Thus, there is no basis for applying the combination exemption differently, i.e., without a salary requirement, when an employer relies on an employee's outside sales duties to establish such an exemption. Indeed, because a combination exemption by definition requires reliance on at least two exemptions, it defies logic to conclude that including outside sales duties in a combination exemption should eliminate the compensation requirements that generally apply to the other exemptions. As discussed above, there is nothing in the language of the regulation to support this conclusion.

    Interpreting the combination exemption regulation as relieving an employer of its burden to establish all of the requirements of each exemption being combined, with the exception of the primary duty element, and instead permitting resort to a new, hybrid exemption, would be inconsistent with Section 13(a)(1) of the FLSA, which expressly exempts only bona fide executive, administrative, professional, outside sales, and computer employees.  See Dalheim, 918 F.2d at 1232 ("[A]n employer cannot tack various nonexempt duties and hope to create an exemption."). It also would allow employers effectively to usurp the Secretary's authority to define and delimit these exemptions, see 29 U.S.C. 213(a)(1).

  1. Contrary to the employer's suggestion in this case, see Br. of Appellees/Cross Appellants at 30-31, the 2004 revisions to the Part 541 regulations did not substantively change the scope of the combination exemption. Rather, the Department expressly stated that it was not proposing any substantive changes to the combination exemption. See 68 Fed. Reg. 15,560, 15,573 (Mar. 31, 2003) (indicating in its Notice of Proposed Rulemaking that most of the proposed regulations in Subpart H, including the combination exemption regulation (proposed section 541.707), "have been moved from the existing regulations without substantial change, although some changes have been made to simplify and update the current regulations").[6] While the Department deleted some language included in the former version of the combination exemption regulation, such deletions were made throughout the revised rule and were "intended to consolidate and streamline the regulatory text, reduce unnecessary duplication and redundancies, [and] make the regulations easier to understand and decipher when applying them to particular factual situations." See 69 Fed. Reg. at 22,126. Thus, the 2004 revisions to the Part 541 regulations did not substantively change the combination exemption.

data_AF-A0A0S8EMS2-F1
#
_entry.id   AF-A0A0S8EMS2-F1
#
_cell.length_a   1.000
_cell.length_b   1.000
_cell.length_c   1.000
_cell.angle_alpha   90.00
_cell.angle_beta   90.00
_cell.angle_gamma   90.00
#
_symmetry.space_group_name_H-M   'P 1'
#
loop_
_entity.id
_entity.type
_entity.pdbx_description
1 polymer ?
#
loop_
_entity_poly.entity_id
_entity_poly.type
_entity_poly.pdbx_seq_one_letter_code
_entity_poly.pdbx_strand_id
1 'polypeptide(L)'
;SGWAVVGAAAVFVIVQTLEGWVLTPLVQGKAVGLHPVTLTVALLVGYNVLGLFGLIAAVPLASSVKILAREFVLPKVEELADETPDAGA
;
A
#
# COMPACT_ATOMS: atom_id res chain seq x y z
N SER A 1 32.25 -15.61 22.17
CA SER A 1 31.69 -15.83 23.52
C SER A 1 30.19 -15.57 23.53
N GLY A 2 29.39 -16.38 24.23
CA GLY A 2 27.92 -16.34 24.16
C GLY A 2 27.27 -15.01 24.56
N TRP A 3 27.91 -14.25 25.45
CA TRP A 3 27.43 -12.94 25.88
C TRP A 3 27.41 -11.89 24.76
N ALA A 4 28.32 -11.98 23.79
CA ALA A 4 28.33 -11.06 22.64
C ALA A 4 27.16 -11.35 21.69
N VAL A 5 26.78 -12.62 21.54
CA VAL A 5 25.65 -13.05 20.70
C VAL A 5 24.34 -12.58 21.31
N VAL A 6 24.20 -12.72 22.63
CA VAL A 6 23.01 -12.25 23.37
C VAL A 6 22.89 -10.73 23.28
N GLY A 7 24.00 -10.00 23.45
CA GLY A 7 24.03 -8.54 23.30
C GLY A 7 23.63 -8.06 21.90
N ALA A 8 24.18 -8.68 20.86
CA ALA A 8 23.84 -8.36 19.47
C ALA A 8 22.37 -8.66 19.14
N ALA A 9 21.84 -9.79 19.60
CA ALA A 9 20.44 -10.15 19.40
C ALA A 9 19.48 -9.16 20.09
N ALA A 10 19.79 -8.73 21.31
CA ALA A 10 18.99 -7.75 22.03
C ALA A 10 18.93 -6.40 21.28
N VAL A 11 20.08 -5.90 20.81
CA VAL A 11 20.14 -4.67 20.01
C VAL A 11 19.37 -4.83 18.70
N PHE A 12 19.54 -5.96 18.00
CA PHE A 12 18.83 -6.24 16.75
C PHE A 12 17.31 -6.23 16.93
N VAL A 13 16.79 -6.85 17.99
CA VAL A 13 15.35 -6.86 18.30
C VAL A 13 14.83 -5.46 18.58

2. Here, the district court determined that Mr. Habibi could not qualify for a combination administrative-outside sales exemption because he was paid less than the salary required under the administrative exemption and did not customarily and regularly sell outside his employer's place of business. See IntraComm v. Bajaj, No. 05-0955, slip op. at 7-8 (E.D. Va. Apr. 19, 2006) (concluding that Mr. Habibi could not qualify for a combination exemption because he did not perform any exempt work).  Assuming the correctness of these underlying factual determinations,[7] the district court properly denied the combination exemption.[8]

Respectfully submitted,

JONATHAN L. SNARE
Acting Solicitor of Labor

STEVEN J. MANDEL
Associate Solicitor

PAUL L. FRIEDEN
Counsel for Appellate Litigation

___signed_______
JOANNA HULL
Attorney
U.S. Department of Labor
Office of the Solicitor
200 Constitution Ave., N.W.
Suite N-2716
Washington, D.C. 20210
(202) 693-5555

CERTIFICATE OF COMPLIANCE

    Pursuant to Federal Rules of Appellate Procedure 29(c)(5) and (d), and 32(a)(7)(C), I certify the following with respect to the foregoing Amicus Brief for the Secretary of Labor:

  1. This brief complies with the type-volume limitation of Fed. R. App. P. 32(a)(7)(B) because this brief contains 2,333 words, excluding the parts of the brief exempted by Fed. R. App. P. 32(a)(7)(B)(iii).

  2. This brief complies with the typeface requirements of Fed. R. App. P. 32(a)(5) and the type style requirements of Fed. R. App. P. 32(a)(6) because this brief has been prepared in a monospaced typeface with 10.5 characters per inch, using Microsoft Office Word 2003, Courier New font, 12 point type.